W3C home > Mailing lists > Public > www-html@w3.org > April 2002

Re: Deprecated stuff in XHTML1.1

From: Albert Lunde <Albert-Lunde@northwestern.edu>
Date: Tue, 09 Apr 2002 8:28:00 CDT
Message-Id: <200204091328.IAA13442@nuinfo.northwestern.edu>
To: www-html@w3.org
> Masayasu Ishikawa <mimasa@w3.org> writes:
> > Michael Bowen <fizzbowen@mindspring.com> wrote:
> > 
> > > Please, let there be someone at W3C working on a fix (erratum) for the 
> > > usemap/IDREF problem. Otherwise, given the current state of the major 
> > > browsers, client-side image maps are effectively deprecated in XHTML 1.1.
> > 
> > See: http://lists.w3.org/Archives/Public/www-validator/2002Apr/0019
> I'm not impressed with the original complaint since imagemaps -- a bad
> idea from the outset -- are not compliant with the accessibility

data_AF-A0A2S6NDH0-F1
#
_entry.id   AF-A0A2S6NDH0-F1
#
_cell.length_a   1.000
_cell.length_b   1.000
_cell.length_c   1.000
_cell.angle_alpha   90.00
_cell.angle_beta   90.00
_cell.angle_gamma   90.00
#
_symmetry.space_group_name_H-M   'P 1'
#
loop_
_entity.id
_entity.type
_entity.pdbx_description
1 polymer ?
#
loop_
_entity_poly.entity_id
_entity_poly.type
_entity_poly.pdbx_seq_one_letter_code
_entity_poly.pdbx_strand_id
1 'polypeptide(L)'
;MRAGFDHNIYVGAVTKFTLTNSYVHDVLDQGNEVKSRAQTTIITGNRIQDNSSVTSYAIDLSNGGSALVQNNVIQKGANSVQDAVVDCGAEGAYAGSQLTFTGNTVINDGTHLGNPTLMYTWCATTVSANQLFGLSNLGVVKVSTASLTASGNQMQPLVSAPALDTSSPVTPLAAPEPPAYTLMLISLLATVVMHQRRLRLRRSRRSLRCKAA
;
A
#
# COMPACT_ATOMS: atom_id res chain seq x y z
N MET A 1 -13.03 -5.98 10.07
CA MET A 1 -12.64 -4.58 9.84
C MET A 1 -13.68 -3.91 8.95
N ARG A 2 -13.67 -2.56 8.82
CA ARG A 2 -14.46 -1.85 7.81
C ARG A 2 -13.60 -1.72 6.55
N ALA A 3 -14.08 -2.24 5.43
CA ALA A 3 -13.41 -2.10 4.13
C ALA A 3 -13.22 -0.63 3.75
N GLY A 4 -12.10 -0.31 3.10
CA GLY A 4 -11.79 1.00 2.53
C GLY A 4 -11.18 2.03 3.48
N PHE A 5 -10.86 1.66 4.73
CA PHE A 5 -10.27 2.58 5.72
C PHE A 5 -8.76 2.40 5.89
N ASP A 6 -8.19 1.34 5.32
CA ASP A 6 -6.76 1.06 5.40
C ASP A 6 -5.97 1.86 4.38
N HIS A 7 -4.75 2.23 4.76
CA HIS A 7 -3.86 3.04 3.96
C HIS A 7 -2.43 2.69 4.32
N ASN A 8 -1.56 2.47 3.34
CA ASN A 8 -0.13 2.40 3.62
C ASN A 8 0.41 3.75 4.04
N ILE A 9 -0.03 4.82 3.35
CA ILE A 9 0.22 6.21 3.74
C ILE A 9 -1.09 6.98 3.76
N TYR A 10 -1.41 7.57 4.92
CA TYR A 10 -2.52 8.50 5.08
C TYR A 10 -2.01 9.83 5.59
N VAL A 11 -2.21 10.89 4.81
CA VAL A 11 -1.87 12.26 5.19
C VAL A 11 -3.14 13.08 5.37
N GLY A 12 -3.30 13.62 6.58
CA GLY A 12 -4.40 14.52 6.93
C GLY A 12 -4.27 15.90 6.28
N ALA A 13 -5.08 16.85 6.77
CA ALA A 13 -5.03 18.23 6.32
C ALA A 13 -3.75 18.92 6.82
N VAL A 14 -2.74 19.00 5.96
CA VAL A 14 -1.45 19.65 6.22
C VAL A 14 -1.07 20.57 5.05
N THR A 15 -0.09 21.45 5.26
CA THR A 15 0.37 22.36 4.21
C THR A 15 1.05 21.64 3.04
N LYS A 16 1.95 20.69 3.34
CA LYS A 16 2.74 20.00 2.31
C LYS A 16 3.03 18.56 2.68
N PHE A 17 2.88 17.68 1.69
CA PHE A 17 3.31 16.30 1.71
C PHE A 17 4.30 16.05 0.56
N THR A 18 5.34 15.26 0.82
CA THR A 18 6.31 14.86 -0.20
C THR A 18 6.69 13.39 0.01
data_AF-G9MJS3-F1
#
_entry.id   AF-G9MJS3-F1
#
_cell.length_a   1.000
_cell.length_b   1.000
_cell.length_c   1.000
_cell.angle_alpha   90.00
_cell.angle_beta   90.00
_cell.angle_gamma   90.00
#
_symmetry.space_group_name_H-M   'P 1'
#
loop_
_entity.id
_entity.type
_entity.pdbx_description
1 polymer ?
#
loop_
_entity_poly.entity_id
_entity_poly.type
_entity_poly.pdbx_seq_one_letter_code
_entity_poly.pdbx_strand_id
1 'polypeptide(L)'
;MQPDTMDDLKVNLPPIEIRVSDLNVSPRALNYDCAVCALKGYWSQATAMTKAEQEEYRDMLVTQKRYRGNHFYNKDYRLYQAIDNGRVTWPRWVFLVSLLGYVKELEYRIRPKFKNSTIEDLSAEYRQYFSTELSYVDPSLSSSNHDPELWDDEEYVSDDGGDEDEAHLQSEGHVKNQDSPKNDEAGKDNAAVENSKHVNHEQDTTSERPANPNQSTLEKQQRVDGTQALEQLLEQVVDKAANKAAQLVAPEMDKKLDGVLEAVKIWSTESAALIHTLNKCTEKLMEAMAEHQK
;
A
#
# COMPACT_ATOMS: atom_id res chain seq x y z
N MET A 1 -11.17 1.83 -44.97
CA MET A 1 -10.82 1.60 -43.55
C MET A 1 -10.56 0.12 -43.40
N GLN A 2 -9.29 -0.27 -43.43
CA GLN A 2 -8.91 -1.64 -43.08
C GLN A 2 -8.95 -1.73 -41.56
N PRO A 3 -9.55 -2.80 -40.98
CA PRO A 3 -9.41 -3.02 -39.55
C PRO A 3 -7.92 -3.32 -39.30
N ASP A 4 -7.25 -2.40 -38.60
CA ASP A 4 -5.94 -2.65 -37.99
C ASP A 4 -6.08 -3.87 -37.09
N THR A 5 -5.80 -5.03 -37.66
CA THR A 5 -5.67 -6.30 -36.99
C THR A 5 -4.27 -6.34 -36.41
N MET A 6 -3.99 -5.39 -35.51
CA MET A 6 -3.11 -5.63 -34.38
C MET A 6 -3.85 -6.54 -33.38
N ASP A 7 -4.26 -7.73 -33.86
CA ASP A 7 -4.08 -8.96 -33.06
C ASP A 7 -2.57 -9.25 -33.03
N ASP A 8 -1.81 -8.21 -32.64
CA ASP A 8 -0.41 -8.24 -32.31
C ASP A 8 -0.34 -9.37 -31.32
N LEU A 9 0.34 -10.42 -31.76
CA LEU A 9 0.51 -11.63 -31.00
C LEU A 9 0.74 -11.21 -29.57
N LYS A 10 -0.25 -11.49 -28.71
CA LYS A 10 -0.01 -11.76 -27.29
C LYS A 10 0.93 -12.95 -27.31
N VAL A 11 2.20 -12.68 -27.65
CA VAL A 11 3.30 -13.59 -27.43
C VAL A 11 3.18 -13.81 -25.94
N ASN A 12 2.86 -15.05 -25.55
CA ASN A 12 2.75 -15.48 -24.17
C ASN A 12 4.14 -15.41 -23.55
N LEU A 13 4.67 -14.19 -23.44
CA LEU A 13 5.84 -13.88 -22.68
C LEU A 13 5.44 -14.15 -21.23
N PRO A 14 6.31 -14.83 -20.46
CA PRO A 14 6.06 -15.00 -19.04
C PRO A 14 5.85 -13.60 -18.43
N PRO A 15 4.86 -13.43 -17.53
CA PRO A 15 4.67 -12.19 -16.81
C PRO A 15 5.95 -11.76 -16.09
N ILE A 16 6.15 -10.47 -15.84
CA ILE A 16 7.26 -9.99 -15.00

> guidelines, and, moreover, look terrible -- though their links are
> accessible -- in lynx (on those occasions when I need to use lynx).
> More or less the same effect can be achieved with a table whose cells
> are anchors with anchor text an image (which can and should have an
> alt text).

This seems to me to be bad advice, and a misreading of the accessibility
guidelines. IMHO, tables should be used for tabular data, not
pressed into service for everything.

Client-side image maps are the _most_ accessible form of image maps,
when used properly, because they expose the structure of the map
to the client, and allow alt text to be supplied for all the

(They may indeed "look terrible", but how to render them is under
control of the client.)

This is recognized by the Accessibility Checklist, which has a section
"And if you use images and image maps"

"Provide redundant text links for each active region of a server-side 
image map. "

"Provide client-side image maps instead of server-side image maps 
except where the regions cannot be defined with an available geometric 

    Albert Lunde          Albert-Lunde@northwestern.edu (new address)
                          Albert-Lunde@nwu.edu (old address)
Received on Tuesday, 9 April 2002 09:28:02 UTC

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